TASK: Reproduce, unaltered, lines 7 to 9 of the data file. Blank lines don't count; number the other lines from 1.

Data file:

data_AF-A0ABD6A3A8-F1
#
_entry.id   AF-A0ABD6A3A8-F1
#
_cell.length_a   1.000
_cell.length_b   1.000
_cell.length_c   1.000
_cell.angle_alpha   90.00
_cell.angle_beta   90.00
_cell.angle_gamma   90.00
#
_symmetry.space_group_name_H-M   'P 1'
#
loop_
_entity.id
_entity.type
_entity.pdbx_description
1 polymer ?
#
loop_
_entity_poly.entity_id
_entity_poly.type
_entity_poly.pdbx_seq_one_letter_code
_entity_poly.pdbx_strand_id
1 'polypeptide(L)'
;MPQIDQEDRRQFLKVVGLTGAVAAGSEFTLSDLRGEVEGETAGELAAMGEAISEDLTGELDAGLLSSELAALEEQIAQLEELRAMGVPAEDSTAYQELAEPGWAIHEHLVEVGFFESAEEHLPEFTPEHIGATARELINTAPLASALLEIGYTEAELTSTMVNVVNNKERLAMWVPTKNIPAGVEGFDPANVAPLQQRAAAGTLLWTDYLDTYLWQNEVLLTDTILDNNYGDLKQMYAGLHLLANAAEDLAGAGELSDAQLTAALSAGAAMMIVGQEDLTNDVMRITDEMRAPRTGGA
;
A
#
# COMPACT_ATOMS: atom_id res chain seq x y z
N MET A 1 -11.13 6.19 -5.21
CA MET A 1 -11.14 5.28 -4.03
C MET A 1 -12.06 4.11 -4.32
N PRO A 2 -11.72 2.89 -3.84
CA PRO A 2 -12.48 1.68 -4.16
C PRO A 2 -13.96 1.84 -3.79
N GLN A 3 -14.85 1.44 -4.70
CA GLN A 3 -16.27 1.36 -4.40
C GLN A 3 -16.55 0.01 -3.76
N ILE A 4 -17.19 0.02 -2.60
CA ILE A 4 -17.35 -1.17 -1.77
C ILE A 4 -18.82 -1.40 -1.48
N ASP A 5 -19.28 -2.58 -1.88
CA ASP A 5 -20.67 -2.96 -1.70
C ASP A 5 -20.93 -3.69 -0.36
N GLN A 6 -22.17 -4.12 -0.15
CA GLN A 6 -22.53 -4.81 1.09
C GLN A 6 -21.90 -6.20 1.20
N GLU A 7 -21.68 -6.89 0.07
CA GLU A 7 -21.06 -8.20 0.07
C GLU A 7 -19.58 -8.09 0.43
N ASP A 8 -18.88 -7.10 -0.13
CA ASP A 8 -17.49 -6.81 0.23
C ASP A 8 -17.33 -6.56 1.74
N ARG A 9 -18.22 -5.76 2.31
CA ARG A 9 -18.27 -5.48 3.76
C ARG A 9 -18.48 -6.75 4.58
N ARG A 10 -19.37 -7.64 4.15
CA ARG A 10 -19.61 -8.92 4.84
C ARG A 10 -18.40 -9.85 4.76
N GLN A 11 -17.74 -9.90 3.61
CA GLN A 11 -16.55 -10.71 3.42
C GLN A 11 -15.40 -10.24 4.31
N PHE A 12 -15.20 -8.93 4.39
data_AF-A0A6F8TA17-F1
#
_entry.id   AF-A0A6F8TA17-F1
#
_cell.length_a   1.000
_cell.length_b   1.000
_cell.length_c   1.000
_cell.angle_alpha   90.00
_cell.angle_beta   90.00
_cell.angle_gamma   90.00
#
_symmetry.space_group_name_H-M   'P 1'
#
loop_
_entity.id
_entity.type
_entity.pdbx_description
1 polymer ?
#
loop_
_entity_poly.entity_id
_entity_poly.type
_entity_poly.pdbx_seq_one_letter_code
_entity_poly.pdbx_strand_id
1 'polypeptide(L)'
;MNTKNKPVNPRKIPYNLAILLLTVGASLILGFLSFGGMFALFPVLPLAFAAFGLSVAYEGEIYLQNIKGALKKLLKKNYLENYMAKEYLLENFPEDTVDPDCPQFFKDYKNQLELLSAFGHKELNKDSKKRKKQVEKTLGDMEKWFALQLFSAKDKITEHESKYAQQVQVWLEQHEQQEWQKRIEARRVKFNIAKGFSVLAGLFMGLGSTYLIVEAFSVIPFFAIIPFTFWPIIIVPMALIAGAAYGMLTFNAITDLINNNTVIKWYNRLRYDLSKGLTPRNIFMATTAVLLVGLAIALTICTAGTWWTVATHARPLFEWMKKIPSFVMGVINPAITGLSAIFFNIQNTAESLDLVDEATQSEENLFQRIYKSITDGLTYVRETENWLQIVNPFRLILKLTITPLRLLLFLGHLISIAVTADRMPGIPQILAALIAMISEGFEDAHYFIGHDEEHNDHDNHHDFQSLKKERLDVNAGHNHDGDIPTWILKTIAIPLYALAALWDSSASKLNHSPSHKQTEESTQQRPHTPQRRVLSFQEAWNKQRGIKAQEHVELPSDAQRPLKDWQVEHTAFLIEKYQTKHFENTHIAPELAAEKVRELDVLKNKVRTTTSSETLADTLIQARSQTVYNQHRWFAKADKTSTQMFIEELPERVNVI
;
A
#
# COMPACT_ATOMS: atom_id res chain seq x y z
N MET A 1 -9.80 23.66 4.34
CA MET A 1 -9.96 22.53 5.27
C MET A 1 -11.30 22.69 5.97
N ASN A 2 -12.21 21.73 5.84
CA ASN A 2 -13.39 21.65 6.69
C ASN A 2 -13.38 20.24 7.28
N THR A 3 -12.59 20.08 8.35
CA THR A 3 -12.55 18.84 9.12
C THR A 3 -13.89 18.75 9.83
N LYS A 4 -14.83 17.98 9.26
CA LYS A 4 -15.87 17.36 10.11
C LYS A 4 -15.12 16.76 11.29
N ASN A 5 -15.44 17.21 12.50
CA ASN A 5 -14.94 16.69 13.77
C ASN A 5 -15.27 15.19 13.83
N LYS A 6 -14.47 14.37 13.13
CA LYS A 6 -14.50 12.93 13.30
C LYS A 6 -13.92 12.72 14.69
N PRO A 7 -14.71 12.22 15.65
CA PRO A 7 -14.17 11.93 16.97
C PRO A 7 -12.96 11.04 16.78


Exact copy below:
_cell.length_c   1.000
_cell.angle_alpha   90.00
_cell.angle_beta   90.00